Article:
Springs looks to jump earnings after 1Q loss
April 23, 2001,
FORT MILL, SC — Hampered by slower sales, weaker margins and a sharp increase in customer bad debt, first-quarter profits at Springs Industries Inc. dropped off by more than a third, falling by 34.7 percent, to $13.1 million from $20.1 million last year.
Excluding $2.3 million in costs pegged to the company's plan to go public later this year, earnings declined at a lower rate of 28 percent, to $14.5 million.
And with prospects still meager for a recovery in consumer spending, Crandall Bowles, chairman and ceo, cautioned that sales and earnings for all of this year will fall short of expectations. "We expect that sales growth and margin improvement will be impacted by continuing retail softness and inventory reduction efforts during the second quarter, and our outlook for improvement in the second half of 2001 remains guarded," she said in a conference call with investors.
Given the unsettled outlook, she said sales for the second quarter will be flat to up 2 percent, while sales growth for all of this year will range between 1 and 2 percent. Earnings per share before one-time items will come in at $0.95 to $1.05 for the second quarter, and total $3.95 to $4.14 for all of 2001.
Acting as a drag on earnings, average gross margin weakened by 180 basis points, to 17.6 percent from 19.4 percent, pinched by higher cotton and energy costs, lower volumes and a higher rate of seconds and close-outs. Adding an extra level of pressure, the company was stung by bankruptcies among its customers, forcing the major mill to more than double its provision for uncollectible accounts, to $2.3 million from $1.0 million the previous year. Further weighing the bottom line was $2.3 million in costs pegged to the major mill's ambitious plan to go private later this year in a deal with investor and former White House budget chief David Stockman.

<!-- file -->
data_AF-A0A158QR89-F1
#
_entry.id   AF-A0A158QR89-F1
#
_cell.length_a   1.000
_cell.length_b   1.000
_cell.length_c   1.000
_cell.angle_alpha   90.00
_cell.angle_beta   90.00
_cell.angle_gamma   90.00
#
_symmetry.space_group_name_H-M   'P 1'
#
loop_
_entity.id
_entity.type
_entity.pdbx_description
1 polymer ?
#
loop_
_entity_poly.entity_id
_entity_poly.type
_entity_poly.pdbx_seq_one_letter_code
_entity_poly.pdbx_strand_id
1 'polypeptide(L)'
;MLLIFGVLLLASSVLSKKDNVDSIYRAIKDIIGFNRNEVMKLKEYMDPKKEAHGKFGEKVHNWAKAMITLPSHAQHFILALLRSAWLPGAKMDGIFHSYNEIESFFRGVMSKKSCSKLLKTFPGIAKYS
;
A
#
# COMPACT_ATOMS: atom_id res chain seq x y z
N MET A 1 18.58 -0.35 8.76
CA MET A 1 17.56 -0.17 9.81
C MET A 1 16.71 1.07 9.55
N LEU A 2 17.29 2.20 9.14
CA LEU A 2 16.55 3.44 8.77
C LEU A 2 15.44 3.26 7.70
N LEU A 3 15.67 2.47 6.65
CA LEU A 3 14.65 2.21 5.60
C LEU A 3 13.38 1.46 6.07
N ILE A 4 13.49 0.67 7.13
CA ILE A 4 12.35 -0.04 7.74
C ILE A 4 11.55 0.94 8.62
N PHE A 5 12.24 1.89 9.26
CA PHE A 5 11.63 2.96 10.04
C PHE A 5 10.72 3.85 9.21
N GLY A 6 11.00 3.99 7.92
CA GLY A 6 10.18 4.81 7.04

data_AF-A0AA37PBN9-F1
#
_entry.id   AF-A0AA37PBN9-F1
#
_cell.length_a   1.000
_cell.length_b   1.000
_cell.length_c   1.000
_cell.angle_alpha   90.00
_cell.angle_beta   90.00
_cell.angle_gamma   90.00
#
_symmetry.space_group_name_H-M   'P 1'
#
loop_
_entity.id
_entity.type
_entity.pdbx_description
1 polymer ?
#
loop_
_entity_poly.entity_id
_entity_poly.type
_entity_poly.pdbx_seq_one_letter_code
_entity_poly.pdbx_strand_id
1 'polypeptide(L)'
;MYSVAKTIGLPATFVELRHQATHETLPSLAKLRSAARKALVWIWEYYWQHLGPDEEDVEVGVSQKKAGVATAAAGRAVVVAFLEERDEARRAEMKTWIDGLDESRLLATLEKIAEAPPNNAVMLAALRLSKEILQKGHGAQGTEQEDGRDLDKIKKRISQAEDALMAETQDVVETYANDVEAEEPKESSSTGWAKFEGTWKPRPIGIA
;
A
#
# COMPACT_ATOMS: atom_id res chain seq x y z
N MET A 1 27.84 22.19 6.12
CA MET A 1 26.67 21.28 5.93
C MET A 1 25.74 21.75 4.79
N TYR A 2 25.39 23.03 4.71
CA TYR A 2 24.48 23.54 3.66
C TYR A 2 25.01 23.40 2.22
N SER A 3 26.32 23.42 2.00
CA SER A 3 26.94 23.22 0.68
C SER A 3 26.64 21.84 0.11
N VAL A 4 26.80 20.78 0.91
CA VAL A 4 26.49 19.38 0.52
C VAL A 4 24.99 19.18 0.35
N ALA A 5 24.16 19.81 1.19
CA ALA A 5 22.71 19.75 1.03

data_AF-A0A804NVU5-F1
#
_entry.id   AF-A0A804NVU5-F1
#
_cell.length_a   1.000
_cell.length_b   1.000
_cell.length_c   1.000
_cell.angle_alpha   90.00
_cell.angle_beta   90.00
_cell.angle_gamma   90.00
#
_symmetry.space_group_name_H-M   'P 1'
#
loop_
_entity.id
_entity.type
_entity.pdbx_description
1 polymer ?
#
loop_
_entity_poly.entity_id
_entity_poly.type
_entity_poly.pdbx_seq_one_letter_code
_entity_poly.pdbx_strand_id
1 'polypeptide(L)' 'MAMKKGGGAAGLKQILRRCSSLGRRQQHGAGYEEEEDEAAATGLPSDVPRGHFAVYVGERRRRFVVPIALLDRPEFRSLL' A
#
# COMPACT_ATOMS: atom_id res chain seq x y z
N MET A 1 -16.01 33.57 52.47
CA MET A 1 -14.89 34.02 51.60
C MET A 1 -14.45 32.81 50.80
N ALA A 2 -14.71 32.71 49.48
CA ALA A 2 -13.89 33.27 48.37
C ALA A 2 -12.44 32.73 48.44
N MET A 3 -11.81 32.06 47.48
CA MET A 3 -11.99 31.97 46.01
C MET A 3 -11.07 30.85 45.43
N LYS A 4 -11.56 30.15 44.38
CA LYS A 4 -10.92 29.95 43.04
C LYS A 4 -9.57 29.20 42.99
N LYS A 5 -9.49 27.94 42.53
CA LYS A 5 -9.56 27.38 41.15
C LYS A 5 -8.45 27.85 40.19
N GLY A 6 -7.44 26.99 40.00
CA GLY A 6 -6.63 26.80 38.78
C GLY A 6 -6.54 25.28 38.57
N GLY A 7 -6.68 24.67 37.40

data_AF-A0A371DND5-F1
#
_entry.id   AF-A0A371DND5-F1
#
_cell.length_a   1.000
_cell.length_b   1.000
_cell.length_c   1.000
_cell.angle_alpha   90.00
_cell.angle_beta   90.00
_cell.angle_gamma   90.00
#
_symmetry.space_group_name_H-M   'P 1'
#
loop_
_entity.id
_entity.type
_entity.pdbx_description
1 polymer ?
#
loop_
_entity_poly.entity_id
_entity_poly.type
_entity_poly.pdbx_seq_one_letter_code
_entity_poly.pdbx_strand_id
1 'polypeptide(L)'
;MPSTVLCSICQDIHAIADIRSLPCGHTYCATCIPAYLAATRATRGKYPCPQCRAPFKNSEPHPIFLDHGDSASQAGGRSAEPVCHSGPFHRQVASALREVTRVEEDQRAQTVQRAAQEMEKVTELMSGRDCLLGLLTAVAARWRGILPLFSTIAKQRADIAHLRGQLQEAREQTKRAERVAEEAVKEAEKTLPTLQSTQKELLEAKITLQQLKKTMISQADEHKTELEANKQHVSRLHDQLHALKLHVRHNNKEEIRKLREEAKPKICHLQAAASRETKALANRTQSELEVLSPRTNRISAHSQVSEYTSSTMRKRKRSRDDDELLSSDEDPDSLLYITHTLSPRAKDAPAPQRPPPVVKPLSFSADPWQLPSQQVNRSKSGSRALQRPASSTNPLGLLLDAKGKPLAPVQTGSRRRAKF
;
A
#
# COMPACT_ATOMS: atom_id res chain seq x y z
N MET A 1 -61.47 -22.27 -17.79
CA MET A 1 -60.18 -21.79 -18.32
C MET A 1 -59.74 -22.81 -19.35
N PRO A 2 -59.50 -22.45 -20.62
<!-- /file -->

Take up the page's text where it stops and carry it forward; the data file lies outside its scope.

Somewhat offsetting the pressure on the bottom line, the company scaled back its operating costs by 60 basis points, to 11.9 percent of sales from 12.5 percent a year ago. Measured in absolute dollars, costs declined by 8.8 percent, to $67.8 million from $74.3 million, a cash savings of $6.5 million, much of that stemming from a reduction in advertising costs that supported last year's rollout of the Springmaid program at Wal-Mart.
Breaking sales out by category, Bowles said, "Bedding was down somewhat, despite strong growth in bed in a bag." Taking a bite out of the bedding business, she added, was the loss of the Disney license. Basic bedding, the pillow and pad business, showed "strong growth," she added.
Bath, she said, grew by a strong 8 percent, driven by shower curtains and accessories.